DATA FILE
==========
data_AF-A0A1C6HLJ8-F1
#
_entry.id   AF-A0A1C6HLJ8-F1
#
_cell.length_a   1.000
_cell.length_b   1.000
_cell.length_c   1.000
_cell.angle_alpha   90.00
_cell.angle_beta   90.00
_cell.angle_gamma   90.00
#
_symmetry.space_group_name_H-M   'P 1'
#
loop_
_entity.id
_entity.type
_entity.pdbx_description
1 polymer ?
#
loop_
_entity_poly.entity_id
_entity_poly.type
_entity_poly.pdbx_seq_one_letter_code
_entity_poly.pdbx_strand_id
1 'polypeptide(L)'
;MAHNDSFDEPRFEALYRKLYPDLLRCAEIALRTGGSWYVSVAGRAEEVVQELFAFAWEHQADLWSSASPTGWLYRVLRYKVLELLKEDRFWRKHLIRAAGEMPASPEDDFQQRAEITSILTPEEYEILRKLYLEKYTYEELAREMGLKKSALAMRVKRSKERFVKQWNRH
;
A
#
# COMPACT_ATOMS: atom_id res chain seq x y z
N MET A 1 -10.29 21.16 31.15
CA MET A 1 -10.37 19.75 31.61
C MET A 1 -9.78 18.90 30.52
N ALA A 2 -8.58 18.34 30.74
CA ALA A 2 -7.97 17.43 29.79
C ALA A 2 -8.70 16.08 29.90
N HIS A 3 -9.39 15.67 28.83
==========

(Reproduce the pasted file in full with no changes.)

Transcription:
data_AF-A0A1C6HLJ8-F1
#
_entry.id   AF-A0A1C6HLJ8-F1
#
_cell.length_a   1.000
_cell.length_b   1.000
_cell.length_c   1.000
_cell.angle_alpha   90.00
_cell.angle_beta   90.00
_cell.angle_gamma   90.00
#
_symmetry.space_group_name_H-M   'P 1'
#
loop_
_entity.id
_entity.type
_entity.pdbx_description
1 polymer ?
#
loop_
_entity_poly.entity_id
_entity_poly.type
_entity_poly.pdbx_seq_one_letter_code
_entity_poly.pdbx_strand_id
1 'polypeptide(L)'
;MAHNDSFDEPRFEALYRKLYPDLLRCAEIALRTGGSWYVSVAGRAEEVVQELFAFAWEHQADLWSSASPTGWLYRVLRYKVLELLKEDRFWRKHLIRAAGEMPASPEDDFQQRAEITSILTPEEYEILRKLYLEKYTYEELAREMGLKKSALAMRVKRSKERFVKQWNRH
;
A
#
# COMPACT_ATOMS: atom_id res chain seq x y z
N MET A 1 -10.29 21.16 31.15
CA MET A 1 -10.37 19.75 31.61
C MET A 1 -9.78 18.90 30.52
N ALA A 2 -8.58 18.34 30.74
CA ALA A 2 -7.97 17.43 29.79
C ALA A 2 -8.70 16.08 29.90
N HIS A 3 -9.39 15.67 28.83